A crowd, especially a younger one, is not exactly my idea of spacing out. I have avoided the place diligently. I am no CCD fan, this is my second visit in 4 years, and I go in skeptical.
Nobody would be mistaken if they were to suggest writing a book is so much similar to sailing out in a backwater. You could choose to boat through the familiar waterways, taking in the landscape very much seen before but not lacking in the aesthetic sense, meeting the old faces and fishing nets,
I remember it was a greyish dawn; the room was a pale shadow, and our breathing assumed a curving hum. In some distant world which took shape as a tableau around us, we walked hand in hand, as rain sloshed down our backs and sunk into the wet grass.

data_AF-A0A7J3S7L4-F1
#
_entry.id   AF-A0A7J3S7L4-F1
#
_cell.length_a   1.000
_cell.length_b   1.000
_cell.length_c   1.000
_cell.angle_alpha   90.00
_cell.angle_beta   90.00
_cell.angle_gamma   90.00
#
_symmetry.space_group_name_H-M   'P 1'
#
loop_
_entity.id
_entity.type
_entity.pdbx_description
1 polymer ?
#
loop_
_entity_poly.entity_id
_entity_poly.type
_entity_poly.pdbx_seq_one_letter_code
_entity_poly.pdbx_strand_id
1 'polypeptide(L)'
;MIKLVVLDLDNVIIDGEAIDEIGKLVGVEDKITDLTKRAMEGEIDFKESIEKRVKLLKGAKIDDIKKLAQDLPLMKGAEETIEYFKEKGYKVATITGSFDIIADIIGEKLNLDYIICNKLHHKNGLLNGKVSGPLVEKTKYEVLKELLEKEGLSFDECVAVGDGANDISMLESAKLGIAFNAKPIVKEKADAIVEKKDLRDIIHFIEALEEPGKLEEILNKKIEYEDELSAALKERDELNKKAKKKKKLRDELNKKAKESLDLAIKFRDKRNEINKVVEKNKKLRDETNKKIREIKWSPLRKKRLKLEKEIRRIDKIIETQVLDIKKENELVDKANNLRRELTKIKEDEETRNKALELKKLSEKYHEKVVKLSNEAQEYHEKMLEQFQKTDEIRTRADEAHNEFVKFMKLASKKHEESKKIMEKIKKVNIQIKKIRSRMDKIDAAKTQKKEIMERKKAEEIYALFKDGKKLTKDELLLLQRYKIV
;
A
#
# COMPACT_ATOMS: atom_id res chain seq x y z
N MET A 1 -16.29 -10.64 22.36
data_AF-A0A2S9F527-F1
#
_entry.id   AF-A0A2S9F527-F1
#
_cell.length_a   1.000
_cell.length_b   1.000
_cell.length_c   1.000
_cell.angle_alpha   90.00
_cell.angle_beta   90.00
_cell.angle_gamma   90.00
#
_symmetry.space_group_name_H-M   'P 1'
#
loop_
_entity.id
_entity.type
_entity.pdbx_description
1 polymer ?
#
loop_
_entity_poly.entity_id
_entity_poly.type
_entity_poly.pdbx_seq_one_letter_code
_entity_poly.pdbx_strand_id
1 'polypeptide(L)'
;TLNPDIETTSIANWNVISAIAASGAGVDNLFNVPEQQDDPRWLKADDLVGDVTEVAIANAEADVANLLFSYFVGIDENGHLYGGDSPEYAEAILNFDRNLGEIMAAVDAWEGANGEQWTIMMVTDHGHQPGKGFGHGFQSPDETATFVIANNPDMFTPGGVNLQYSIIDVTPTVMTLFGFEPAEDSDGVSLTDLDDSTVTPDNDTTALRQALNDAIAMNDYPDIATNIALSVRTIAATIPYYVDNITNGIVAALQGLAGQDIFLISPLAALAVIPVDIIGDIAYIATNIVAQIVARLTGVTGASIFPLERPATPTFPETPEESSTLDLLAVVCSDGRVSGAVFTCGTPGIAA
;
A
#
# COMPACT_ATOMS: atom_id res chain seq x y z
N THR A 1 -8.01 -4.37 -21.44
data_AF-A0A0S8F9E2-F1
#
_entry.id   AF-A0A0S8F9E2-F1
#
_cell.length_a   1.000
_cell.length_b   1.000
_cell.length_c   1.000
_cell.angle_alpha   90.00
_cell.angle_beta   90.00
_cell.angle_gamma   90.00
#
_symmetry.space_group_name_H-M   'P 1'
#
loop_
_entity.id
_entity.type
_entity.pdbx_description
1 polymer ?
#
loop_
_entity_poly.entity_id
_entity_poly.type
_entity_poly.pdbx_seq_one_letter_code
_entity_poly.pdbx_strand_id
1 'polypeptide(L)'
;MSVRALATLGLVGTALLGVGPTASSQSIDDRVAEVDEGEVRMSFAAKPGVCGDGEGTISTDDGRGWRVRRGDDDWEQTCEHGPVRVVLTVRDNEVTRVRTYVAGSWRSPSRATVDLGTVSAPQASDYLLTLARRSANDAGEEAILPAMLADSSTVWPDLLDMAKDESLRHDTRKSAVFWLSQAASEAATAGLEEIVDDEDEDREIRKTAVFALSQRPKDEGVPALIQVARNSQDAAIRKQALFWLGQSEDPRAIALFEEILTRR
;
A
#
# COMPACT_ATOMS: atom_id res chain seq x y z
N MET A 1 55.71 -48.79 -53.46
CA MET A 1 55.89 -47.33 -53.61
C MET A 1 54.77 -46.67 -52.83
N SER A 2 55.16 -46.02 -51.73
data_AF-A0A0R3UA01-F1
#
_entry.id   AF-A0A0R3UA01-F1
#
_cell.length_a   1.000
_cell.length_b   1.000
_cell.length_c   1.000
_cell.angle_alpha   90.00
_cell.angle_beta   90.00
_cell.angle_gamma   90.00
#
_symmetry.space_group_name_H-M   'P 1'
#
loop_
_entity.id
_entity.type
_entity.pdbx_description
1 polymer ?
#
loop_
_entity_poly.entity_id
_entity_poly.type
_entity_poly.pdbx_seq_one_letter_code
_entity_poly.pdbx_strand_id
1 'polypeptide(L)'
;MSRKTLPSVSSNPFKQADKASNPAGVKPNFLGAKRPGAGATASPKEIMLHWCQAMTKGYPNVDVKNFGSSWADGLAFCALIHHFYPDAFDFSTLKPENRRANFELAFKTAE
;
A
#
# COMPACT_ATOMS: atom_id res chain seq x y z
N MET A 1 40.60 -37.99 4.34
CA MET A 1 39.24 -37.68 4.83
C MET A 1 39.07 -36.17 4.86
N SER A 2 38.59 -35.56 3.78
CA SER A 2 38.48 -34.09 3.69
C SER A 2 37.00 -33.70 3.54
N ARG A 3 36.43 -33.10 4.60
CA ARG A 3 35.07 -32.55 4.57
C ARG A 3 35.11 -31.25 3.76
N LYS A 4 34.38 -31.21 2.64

For sure, nothing materialized in terms of romance. But we did progress into an exchange of ideas that can be, at best, termed as sublime and surreal.
There is only so much of reality that we can bear. When it becomes overwhelming, we turn to what we love, for that world that lives beyond our mind’s edge.
Thiruvananthapuram is life-size only when it comes to its tongue-twister name and when compared to its flamboyant cousin, Cochin in Central Kerala, it assumes the facade of a lazy city, still clutching on to its last 20th century moorings.
He could have easily been lugging lumber in some forest camp in the eastern interiors of Kerala. Or lithely carrying foreign tourists, with their sun-burnt legs stretched impossibly around his rocking spine, up the winding walkways of the imposing Amber Fort in Jaipur.
The IHM Chronicles Series
On My Nightstand
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